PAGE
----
According to a study published in Climate in 2020, a redlined area is also less likely to have cooling greenspaces and is more likely to have greater heat levels—an average of 4.7 degrees Fahrenheit hotter.

According to the Environmental Protection Agency, heat can contribute to heart attacks, strokes, and other forms of cardiovascular illness, with low-income and black individuals being the most vulnerable.

According to Virginia Commonwealth University research, as a result of such discrepancies, life expectancy in ZIP codes just a few miles apart can vary widely—by as much as 20 years.

Patel sees textbook examples in her own California neighborhood. West Oakland, previously a bustling black business district, was cut off by motorway construction. Trucks supplying the busy port in the same area must travel Interstate 880, which goes through communities where the majority of residents have low incomes or are black or Hispanic. However, truck traffic is prohibited on nearby Interstate 580, which goes through more affluent regions.

As a result, West Oakland has a “severalfold greater incidence of asthma and cardiovascular illness than families only a few miles away in the gorgeous Oakland hills,” according to Patel.

Patel believes that climate change will exacerbate environmental justice issues. For example, it is already increasing the intensity and severity of wildfires, exposing people to choking smoke. However, what we’ve observed in the Bay Area over the last few years is that it’s the higher-income households that can afford an HVAC system within their home, with filters fitted to remove the majority of the air pollution. Lower-income households are unable to.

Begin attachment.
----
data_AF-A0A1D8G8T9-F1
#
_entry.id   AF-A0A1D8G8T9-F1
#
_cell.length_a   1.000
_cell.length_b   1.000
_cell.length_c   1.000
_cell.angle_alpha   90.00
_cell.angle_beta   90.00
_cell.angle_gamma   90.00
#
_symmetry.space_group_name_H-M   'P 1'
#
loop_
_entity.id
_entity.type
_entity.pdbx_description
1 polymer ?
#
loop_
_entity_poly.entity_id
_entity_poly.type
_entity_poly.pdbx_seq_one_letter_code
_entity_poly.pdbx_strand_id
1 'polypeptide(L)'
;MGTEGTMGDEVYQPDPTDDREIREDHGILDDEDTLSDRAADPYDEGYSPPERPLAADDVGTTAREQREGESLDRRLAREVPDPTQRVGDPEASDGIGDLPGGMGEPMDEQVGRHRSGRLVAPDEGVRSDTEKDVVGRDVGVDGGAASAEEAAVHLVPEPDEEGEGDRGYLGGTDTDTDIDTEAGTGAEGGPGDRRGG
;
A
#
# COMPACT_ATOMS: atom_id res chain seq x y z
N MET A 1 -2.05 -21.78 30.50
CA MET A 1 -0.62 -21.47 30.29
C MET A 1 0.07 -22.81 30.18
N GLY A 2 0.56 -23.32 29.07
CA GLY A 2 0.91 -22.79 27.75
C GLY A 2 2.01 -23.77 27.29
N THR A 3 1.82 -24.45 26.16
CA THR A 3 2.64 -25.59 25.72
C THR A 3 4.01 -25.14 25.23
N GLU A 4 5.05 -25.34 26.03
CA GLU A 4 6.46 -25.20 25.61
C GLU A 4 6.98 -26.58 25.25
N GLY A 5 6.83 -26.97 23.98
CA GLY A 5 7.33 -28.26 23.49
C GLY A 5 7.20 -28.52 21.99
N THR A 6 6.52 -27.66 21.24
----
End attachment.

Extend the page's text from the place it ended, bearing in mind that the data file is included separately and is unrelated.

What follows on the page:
Still, Bullard’s outlook on the future is a blend of optimism and realism.

We’ve made a lot of progress and seen a lot of change. However, there is still a lot of work to be done. And, despite the fact that he has seen such concerns travel from rural backroads to the White House, he believes that most of what has been done has been low-hanging fruit in comparison to the transformative reforms that are required, particularly to protect communities from climate change.

Younger people, he believes, are more likely to see how “housing, transportation, education, the environment, civil rights, criminal justice, health—all of these things are connected.”

Bullard advises people who wish to help to start in their own neighborhoods. “Start small,” he advised. “And as you begin locally, you can begin to create relationships.”

Patel encourages people who are concerned to open up about their issues, citing studies that demonstrate people tend to underestimate other people’s concerns about the environment. “Do something about it, and tell others what you’re doing.”

As a culture, we’ve made “a lot of mistakes,” she says, but we can learn from them and admit that “this has been unjust; it has damaged health.” However, this is an opportunity to create a more sustainable future.

“We’re talking about clean air, clean water, healthy children, and walkable, livable cities,” Patel explained. “I believe this is something worth imagining and working for.”